Wednesday, August 20, 2014
G.I. Joe movie. And my connection to Joe is more 1970s Adventure Team than the 1980s Yo Joe anti-terrorists. I felt that the first movie was meant only for folks into the 80s toys and didn't care if it left everyone else behind. I expected more of the same with G.I. Joe: Retaliation. I was pleasantly surprised.
In the aftermath of that first movie the big bads, Cobra, swore revenge. Not only did they get it, but as this film begins, they have already won. The President has been compromised, he is held prisoner as Cobra operative Zartan masquerades as PotUS. An air strike takes out all of the Joes except for a handful who must rebuild and take back a country that now finances and iodizes Cobra as heroes and hates the Joes as villains.
I'm not a fan of Channing Tatum. He's never impressed me much, but here, in the precious little time he's on screen, his chemistry with The Rock is enough so that you miss him and you really almost feel the pain when he dies. Yeah, it's that good. The Rock, as Roadblock, brings his comrades home to the hood to regroup. The Rock equally is good.
David E. Kelley pilot Wonder Woman Adrianne Palicki (who has also just been cast as Mockingbird in "Agents of SHIELD," wow, somebody wants to be a superhero bad) and D.J. Cotrona who is basically Channing Tatum lite.
In between the interesting scenes with The Rock, Bruno and company, there are ninja interludes featuring characters with names like Snake Eyes, Storm Shadow, and Jinx. I didn't have any emotional connection or even knowledge of them, so I just enjoyed them for the James Bond/Shaw Brothers wannabes they were. Fun but hollow.
All in all, while a bit dark in places, G.I. Joe: Retaliation was a fun action flick with more warmth and depth than I ever would have expected. If you're looking for a better than average actioner, this is it. You might be just as surprised as I was.
Tuesday, August 19, 2014
When the last new show of the current season aired, I actually thought of Don and how long he's been at this, Googled his age and was surprised. I loved the man, and loved his sense of humor, and his ability to deadpan a joke when needed. He did this to great effect in "Weird" Al Yankovic's "I Lost on Jeopardy" and when his usual announcement that "guests of Saturday Night Live stay at the Marriott's Essex House" became part of a bit. He did it with the same finesse as always.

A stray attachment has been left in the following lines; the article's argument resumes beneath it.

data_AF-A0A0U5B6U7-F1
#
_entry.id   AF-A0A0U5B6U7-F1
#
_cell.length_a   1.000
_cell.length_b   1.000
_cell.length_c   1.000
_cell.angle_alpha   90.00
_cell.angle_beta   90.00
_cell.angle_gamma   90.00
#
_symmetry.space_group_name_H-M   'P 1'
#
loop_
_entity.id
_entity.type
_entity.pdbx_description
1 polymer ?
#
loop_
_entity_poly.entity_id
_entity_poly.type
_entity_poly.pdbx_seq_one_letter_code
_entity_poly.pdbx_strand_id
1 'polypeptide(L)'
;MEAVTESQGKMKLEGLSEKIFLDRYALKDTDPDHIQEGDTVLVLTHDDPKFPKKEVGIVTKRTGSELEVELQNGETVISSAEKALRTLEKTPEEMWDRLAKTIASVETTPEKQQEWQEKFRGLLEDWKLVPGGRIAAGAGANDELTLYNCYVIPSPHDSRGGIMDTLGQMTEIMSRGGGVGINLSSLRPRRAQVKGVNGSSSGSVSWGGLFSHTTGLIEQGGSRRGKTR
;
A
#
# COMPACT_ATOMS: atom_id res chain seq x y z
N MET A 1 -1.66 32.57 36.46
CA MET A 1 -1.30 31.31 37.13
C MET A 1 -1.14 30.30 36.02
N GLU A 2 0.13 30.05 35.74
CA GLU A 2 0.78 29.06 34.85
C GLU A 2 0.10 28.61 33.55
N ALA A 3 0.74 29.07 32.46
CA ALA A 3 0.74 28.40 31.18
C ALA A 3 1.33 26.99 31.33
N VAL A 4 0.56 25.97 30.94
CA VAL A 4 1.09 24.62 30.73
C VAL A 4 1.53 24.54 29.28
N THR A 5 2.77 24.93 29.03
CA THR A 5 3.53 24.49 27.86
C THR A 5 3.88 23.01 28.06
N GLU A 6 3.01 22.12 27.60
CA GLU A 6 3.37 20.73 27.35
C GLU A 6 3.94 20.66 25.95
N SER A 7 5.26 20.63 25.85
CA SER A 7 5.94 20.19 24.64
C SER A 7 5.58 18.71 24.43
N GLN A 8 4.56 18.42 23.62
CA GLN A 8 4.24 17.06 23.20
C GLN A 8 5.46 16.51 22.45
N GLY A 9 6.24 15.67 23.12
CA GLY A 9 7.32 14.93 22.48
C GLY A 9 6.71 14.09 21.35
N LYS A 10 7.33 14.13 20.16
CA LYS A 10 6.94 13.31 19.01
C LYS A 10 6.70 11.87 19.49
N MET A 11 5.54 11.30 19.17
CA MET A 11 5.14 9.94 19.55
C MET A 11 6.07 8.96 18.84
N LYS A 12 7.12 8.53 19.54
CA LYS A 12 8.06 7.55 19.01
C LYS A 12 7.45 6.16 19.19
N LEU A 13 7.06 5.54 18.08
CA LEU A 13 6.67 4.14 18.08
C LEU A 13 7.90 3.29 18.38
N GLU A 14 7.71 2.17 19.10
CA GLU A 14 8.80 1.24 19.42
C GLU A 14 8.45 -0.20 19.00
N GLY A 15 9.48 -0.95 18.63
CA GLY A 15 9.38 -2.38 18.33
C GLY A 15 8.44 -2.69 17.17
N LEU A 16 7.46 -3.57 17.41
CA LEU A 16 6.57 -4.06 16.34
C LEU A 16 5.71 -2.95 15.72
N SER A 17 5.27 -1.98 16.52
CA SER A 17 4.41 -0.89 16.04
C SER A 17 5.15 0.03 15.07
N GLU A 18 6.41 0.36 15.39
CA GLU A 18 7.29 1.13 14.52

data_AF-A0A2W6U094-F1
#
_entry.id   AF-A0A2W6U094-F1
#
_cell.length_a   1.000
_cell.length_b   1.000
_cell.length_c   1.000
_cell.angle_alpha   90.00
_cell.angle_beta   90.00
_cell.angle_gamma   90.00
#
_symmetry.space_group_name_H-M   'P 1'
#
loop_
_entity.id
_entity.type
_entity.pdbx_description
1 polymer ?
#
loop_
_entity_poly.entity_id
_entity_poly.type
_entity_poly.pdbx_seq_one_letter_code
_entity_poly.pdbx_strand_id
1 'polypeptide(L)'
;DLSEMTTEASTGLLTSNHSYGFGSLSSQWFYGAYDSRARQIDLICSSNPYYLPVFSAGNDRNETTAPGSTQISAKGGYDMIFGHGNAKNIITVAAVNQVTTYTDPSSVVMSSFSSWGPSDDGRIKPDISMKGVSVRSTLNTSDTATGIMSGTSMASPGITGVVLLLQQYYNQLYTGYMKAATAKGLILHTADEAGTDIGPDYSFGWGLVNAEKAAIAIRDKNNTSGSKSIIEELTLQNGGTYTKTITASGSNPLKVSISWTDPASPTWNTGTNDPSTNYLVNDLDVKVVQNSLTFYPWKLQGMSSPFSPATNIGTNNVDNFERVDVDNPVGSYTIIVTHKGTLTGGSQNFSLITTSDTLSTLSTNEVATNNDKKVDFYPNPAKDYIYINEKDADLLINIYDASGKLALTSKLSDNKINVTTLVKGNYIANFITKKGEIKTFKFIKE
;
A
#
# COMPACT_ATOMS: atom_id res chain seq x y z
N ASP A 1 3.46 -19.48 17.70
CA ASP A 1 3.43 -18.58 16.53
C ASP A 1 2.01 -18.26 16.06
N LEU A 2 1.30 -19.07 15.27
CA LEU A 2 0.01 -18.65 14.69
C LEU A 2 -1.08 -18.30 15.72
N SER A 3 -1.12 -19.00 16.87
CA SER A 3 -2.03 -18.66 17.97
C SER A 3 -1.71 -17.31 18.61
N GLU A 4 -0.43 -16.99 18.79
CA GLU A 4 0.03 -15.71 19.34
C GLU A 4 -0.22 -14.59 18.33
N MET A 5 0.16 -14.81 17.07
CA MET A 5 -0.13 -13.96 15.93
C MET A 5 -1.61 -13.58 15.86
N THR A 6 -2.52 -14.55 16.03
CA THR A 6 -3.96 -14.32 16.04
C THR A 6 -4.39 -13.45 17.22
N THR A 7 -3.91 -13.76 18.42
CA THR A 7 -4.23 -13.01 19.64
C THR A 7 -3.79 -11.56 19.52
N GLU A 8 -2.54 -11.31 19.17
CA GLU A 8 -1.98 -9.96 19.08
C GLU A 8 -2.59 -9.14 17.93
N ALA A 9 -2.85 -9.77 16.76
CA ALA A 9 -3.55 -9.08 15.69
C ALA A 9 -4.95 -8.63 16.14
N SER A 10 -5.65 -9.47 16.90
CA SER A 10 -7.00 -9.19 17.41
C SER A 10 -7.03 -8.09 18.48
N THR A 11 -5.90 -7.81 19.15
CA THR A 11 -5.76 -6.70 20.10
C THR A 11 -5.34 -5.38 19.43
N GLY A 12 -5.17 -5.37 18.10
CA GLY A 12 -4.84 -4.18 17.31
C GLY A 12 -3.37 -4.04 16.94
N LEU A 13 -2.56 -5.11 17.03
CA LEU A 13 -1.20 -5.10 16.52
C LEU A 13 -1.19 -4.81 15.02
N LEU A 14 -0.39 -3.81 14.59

Monday, August 18, 2014
YouTube as I had never heard of such a thing before. This twelve-minute short from 1966 is indeed the first animated version, predating the Rankin-Bass film by eleven years. Rumor has it the producer, William L. Snyder, had to make a movie before selling off the rights. By making a short, Snyder walked off with quite a profit, and then made more from the rights sale.
The only thing that may stop viewers in their tracks is a previous knowledge of the JRR Tolkien story. Snyder has irrationally changed character names, streamlined events, and eliminated a few dwarves and details along the way. It seems just fine to the uninitiated however.
I am reminded of HBO's "Happily Ever After: Fairy Tales for Every Child." This is fun, and an oddity for the Tolkien fans, worth checking out.
Sunday, August 17, 2014
Brewster's Millions is an old idea however. Previous to Richard Pryor's updating, there was a 1945 film, one of a total of ten movie versions, radio dramas, stage plays on and off Broadway, a musical, and numerous adaptations for TV either veiled or obvious. It's been done in cartoons, to music, and even in Bollywood. The story of a man forced to spend money to learn the value of money is resilient. Old ideas get around.
Here's the gist. Penniless Monty Brewster comes home from the war to find he's inherited eight million dollars, but in order to get it, he must first spend a million dollars in sixty days, with no assets, and not let anyone know why he's doing it. His dead uncle wanted him to hate spending money.
There is care, and comedy, in the style of the decade depicted, but no one on screen approaches the charisma level of Eddie Anderson. I think I would have really dug the movie more had he been cast as Brewster. Still, it's a pleasant entertaining film, and I was happy to see it again. See it if you get the chance.
Saturday, August 16, 2014
An animated musical, it stars Robert Goulet in his big screen debut and Judy Garland during one of her final comebacks. Uninspired songs, complex fine art inspired backgrounds, and failure to capture the imagination of either adults or children led to its unfortunate sweeping under the rug.
As a kid I remember being bored by it, but even then recognizing the later Chuck Jones style, and that I disliked it. As an adult, I do appreciate the backgrounds a bit more, but they do little to enhance the subpar Jones characters, mannerisms, gimmicks, and inadequate pacing. Red Buttons is annoying here, and the talents of Hermione Gingold are sadly wasted.